Daytime Temperature and Night Clouds
Name: Nicki R
How does the temperatures during the day effect the cloudiness at night?
This is a very complicated relationship. It depends on the moisture in the air, what
fronts are moving through a given point, the elevation of the place, what is the relative
amount of daylight and night time, whether it is sunny or cloudy during the day -- to
name just a few variables. It would be almost impossible to factor all of those variables
into a single answer.
Surface temperatures do affect some kinds of clouds. But more important is how moist the
air mass is. If a moist air mass is heated by the sun during the day, the warmed air
rises in "bubbles" like bubbles in a pan of boiling water. When these bubbles rise far
enough, the moisture condenses and clouds form. That's why many times, especially in the
summertime, the sky is clear when you get up in the morning, but by noontime, many clouds
have formed. Then, in the late afternoon, the sun does not heat the air as much, and the
bubbles cease, and the clouds dissipate, and the sky is nearly clear again by dark. The
same thing can happen day after day. Sometimes, if conditions are right, these bubbles
can continue to rise, and rain showers, and even thunderstorms can form.
Many kinds of clouds can form other processes than the one I described above, processes
not related to the daytime temperature.
Here is a link that briefly describes the different ways clouds can form.
Wendell Bechtold, meteorologist
Forecaster, National Weather Service
Weather Forecast Office, St. Louis, MO
The daytime temperature can affect nighttime cloudiness, but it is more often not a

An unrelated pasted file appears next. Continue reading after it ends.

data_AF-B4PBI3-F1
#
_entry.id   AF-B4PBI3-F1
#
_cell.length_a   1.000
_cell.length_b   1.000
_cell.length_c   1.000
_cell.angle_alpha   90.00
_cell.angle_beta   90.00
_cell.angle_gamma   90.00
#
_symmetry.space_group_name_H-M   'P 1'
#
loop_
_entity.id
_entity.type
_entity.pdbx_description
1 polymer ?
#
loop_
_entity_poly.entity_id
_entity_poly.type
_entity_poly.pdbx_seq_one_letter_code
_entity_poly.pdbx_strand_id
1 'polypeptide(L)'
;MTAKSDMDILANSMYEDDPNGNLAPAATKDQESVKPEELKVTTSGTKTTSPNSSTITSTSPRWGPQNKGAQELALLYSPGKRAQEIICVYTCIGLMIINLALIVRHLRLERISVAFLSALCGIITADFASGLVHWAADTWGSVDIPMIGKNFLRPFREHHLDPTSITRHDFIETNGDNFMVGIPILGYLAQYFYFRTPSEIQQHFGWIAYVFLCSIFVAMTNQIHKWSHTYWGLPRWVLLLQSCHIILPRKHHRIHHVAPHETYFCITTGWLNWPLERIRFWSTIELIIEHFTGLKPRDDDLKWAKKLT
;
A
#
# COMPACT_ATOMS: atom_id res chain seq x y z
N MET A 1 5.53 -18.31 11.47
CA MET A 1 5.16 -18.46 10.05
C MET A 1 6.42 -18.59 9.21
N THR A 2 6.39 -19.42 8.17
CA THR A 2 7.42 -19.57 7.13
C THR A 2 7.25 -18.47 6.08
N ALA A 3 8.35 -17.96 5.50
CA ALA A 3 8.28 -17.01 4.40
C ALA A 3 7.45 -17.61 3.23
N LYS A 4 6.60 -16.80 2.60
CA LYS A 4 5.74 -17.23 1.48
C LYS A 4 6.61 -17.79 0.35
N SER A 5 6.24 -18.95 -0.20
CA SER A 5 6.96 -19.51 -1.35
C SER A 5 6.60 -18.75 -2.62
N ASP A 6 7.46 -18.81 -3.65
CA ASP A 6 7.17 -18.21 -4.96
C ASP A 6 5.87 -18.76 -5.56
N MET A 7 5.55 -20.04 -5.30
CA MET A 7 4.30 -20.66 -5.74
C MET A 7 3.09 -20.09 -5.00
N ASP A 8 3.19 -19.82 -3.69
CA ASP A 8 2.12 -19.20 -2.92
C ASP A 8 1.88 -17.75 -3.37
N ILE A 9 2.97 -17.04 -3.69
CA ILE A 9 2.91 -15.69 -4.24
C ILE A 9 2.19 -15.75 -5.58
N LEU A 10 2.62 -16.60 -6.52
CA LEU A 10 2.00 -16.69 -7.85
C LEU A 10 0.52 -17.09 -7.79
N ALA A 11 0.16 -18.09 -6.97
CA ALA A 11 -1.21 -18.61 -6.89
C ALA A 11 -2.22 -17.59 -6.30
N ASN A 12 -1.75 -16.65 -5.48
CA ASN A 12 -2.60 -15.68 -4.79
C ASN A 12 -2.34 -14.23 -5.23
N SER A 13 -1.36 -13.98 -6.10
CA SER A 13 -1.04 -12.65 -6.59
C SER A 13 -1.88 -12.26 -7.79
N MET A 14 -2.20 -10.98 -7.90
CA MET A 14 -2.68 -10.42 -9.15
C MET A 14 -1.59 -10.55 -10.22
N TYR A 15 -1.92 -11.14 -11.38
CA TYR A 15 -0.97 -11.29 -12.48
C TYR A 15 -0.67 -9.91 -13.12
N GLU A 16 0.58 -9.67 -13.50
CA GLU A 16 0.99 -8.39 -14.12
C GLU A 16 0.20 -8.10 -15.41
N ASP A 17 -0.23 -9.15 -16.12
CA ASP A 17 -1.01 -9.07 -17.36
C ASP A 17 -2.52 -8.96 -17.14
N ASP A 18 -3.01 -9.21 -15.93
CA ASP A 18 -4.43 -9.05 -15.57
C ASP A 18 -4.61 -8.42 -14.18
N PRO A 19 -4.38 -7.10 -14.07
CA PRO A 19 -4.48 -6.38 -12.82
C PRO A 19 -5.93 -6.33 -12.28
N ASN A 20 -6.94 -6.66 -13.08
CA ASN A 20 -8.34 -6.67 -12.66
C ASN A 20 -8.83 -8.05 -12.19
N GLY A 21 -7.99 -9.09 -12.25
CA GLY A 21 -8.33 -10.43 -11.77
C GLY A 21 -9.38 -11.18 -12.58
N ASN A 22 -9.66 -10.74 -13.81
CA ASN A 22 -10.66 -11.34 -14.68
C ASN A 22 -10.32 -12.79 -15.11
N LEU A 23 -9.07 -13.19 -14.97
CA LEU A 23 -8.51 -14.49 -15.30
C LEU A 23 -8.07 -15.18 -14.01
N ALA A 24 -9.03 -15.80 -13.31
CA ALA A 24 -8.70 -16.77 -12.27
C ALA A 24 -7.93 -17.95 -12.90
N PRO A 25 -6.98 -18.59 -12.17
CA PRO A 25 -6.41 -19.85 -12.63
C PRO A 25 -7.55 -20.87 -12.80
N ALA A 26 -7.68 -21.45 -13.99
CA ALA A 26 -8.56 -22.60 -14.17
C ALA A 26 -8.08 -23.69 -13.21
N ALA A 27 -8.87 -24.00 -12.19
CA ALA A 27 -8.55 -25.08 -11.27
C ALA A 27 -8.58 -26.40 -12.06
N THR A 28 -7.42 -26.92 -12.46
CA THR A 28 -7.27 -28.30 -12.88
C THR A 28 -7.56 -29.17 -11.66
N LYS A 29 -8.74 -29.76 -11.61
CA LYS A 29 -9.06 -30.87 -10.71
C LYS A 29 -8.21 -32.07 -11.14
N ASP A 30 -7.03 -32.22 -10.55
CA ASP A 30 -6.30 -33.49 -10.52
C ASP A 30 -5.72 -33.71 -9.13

factor at all.
One example of the affect of daytime temperature is the disintegration of cumulus clouds
as the Sun sets. The Sun's heating of the Earth's surface is reduced as the Sun goes
down and convective cells of rising warm air (which form cumulus clouds) weaken. The
cumulus clouds start decreasing in size and vertical extent and finally disappear after
Warm daytime temperatures can cause a layer of air to rise, giving you stratus clouds.
If this layer is deep enough, the stratus clouds can maintain themselves into the night
and even to sunrise.
Another possibility is for very cold conditions, where the daytime temperature is very
low, but no clouds are present. Particularly if the air has a low amount of water vapor
in it, further, strong radiational cooling at night can reduce the temperature of the air
enough to produce thin stratoform clouds.
However, these situations are not as common as normal cloud forming processes associate
with the presence of fronts, squall lines, etc., which are more dynamic in nature.
David R. Cook
Atmospheric Research Section
Environmental Research Division
Argonne National Laboratory
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Update: June 2012